Health is holistic
A growing health consciousness has taken hold in America, with nearly a third of U.S. consumers saying they are knowledgeable about health and nutrition, though half report having no major health issues.
“There has been a changing approach to functional foods, and some big manufacturers are looking to all areas of alternative health to provide a more holistic approach to nutritious food and beverage solutions,” Ms. Clifton said.
Feeding the trend are products promoting traditional medicine alternatives, such as Yogi Tea with an Ayurveda positioning and Traditional Medicinals Wellness Teas inspired by traditional Chinese medicine.
“Vitamins and minerals, which do have approved claims, will continue to be strong focus,” Ms. Clifton added.
Superfood claims continue to soar, led by products with organic positioning. Also prominent are products marketed as allergen- or gluten-free, with no additives or preservatives, or containing antioxidants.
“There has been a big revival of heirloom vegetables, like artichokes, parsnips, and of ancient grains, like chia seed, freekeh,” Ms. Clifton said. “Maqui berry from South America is the latest superfruit that we’re tracking a large increase in…. Altogether these are products that were once considered unfashionable and now the height of food fashion, included in an ever-increasing range of products.”
Snacks lead the pack for superfood claims, as such ingredients as kale and chia seeds become available in more convenient formats.
“No need to go to the health store to find them,” she said. “You can go to your supermarket and buy Special K if you want cereal with chia seeds in it.”
The rise of the hybrid
“New product development is obviously pushing boundaries with entirely new concepts globally,” Ms. Clifton said. “Well-known brands are venturing into previously un-imagined categories, and it’s bringing new flavors, new textures, new delivery methods.”
Hybrid innovation offers a potential solution for consumers who want two options in one. Zola Coconut Water Espresso, for example, combines the benefits of hydration and energizing caffeine. Other category crossovers include Lipton strawberry cupcake-flavored green tea and Blue Diamond coffee-flavored almonds.
The protein horizon
Protein continues to gain muscle across a wide variety of food and beverages. Benefitting from the boom in particular is the dairy category, with Greek yogurt as a driver.
“Huge opportunities from this trend and a wide variety of target markets; there’s the aging global population in need of additional protein because of problems of Sarcopenia, there is more male-specific marketing emerging,” she said. “Of course, men love their protein bars and protein sport drinks, but yogurt is being marketed toward men, which is traditionally a more feminine product.”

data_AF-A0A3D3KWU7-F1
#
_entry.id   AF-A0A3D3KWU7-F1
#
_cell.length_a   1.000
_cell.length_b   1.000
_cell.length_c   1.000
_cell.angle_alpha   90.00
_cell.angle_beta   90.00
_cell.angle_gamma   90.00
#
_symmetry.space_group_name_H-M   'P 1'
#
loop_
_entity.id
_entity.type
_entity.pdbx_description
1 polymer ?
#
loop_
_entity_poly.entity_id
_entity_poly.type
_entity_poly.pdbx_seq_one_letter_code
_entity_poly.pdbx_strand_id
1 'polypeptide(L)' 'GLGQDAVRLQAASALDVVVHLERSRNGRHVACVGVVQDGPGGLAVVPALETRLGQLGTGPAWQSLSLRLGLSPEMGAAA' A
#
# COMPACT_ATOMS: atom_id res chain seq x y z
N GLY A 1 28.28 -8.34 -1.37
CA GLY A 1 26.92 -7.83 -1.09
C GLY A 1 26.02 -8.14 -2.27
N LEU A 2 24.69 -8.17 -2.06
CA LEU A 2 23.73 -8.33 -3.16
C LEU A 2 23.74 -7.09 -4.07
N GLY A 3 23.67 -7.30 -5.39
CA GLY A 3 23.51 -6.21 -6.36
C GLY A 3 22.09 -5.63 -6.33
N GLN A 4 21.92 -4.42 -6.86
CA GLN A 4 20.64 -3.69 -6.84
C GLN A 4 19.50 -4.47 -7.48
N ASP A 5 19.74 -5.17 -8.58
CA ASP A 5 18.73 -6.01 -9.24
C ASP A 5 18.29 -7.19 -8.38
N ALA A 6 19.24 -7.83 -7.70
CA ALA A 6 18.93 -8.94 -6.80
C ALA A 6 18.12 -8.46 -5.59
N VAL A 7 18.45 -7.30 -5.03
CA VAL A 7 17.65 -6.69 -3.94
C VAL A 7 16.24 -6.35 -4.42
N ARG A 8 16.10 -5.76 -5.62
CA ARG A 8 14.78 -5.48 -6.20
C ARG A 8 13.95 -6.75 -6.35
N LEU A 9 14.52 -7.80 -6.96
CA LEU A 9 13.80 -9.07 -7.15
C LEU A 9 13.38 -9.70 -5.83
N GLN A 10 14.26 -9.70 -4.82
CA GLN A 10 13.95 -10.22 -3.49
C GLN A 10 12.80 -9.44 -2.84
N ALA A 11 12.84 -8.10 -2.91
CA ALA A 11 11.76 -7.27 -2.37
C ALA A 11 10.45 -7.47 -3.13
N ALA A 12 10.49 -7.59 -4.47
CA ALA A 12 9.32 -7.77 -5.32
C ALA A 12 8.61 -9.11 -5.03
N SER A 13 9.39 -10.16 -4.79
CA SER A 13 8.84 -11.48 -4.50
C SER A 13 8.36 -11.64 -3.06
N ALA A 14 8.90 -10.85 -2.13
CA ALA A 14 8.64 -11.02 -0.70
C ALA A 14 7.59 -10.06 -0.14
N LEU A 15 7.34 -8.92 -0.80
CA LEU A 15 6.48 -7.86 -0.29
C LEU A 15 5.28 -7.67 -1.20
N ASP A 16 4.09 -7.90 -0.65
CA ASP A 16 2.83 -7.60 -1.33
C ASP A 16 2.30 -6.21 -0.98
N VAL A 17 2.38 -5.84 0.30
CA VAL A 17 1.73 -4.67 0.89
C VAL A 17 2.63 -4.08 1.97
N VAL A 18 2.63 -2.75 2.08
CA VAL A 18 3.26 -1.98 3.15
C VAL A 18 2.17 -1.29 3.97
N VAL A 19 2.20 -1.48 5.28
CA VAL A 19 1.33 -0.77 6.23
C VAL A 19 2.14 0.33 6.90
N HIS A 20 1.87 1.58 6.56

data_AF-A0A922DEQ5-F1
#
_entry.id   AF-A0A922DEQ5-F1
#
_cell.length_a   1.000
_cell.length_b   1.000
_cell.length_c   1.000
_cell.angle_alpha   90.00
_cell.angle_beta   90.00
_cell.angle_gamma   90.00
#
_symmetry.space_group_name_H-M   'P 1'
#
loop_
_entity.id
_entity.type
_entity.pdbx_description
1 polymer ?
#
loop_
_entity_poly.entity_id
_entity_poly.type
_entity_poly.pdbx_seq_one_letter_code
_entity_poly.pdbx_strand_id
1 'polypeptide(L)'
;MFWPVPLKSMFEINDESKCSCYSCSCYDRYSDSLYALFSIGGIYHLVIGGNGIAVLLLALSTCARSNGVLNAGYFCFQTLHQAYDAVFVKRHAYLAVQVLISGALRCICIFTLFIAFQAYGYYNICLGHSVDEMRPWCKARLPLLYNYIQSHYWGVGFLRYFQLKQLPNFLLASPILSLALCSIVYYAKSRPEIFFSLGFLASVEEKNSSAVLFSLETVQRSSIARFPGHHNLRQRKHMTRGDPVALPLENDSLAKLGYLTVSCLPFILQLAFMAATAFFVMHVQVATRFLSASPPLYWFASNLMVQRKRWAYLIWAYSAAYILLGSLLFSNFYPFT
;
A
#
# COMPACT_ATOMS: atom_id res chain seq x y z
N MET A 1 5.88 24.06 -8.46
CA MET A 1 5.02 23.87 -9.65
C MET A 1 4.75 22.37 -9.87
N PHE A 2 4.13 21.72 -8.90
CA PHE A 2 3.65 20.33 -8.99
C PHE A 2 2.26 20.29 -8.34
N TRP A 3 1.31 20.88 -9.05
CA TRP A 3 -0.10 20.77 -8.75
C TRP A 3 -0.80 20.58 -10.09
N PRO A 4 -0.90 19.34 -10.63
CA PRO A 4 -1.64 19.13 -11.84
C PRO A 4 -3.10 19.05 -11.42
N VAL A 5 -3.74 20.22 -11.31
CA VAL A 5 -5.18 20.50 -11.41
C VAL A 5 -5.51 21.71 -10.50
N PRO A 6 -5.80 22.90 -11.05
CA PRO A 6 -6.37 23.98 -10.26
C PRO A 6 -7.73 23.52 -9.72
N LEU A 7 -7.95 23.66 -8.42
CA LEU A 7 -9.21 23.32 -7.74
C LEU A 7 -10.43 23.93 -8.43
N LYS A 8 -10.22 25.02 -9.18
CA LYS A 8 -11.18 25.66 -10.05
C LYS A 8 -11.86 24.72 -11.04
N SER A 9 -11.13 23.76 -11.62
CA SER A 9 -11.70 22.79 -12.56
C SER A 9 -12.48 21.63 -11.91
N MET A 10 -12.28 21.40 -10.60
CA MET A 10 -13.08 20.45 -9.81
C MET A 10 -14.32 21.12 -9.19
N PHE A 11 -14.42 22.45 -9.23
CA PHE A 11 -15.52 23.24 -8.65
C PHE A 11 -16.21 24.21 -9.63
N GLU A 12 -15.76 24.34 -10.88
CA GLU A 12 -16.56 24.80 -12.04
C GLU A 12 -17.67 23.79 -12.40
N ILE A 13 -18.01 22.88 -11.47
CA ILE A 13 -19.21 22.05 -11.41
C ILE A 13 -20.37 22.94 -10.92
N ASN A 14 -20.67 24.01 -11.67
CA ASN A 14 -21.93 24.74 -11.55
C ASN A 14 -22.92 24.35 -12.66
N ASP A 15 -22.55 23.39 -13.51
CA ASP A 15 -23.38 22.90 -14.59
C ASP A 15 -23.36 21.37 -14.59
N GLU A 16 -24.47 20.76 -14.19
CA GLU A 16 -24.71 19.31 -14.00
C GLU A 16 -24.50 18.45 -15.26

New marketing efforts also position protein as a tool in weight management with satiety claims, especially when combined with fiber, Ms. Clifton noted.
Thirty per cent of U.S. consumers choose foods because they are high in protein and are willing to pay 5% more for products that have added protein.
“Whether you’re looking for pleasure, performance, nutrition, or you’re a flexitarian, there’s something for everybody,” she said.
New protein product development for bakery items and plant-based protein are expected to gain strength.
New stealth strategies
Facing regulatory and consumer pressure, manufacturers are dialing down salt, sugar and saturated fat in products.
No-sugar-added claims have surged in global product launches by 59% in 2013, and no-trans-fat claims showed strong growth in bread, baked foods, cookies, crackers and savory snacks.
But not every company is disclosing its nutrition tweaks. Companies such as Kraft Foods and H.J. Heinz have reduced sodium or sugar in such products as barbecue sauce and ketchup without revealing the reformulations, Ms. Clifton said.
“A low sodium product is often associated with less flavor,” she said. “So, it’s what we call stealth reduction.”
“The free-from food movement is obviously booming,” Ms. Clifton said. “Consumers believe free-from is healthier, and it’s driving huge growth, but they expect more options.”
Free-from innovation continues to expand over a diverse range of products with a focus on improved taste. Dairy alternative launches increased by 36% last year, led by almond milk, which accounts for more than 55% of the U.S. plant-milk industry market. Also making a splash is coconut milk, which grew 36% in product introductions from 2012 to 2013.
“There are lots of different alternatives for people with different dietary intolerances,” she said. “There’s a mass market appeal of dairy-free, so really it can appeal to all, not just those with allergies or intolerances. Further flavor innovation can provide even more momentum.”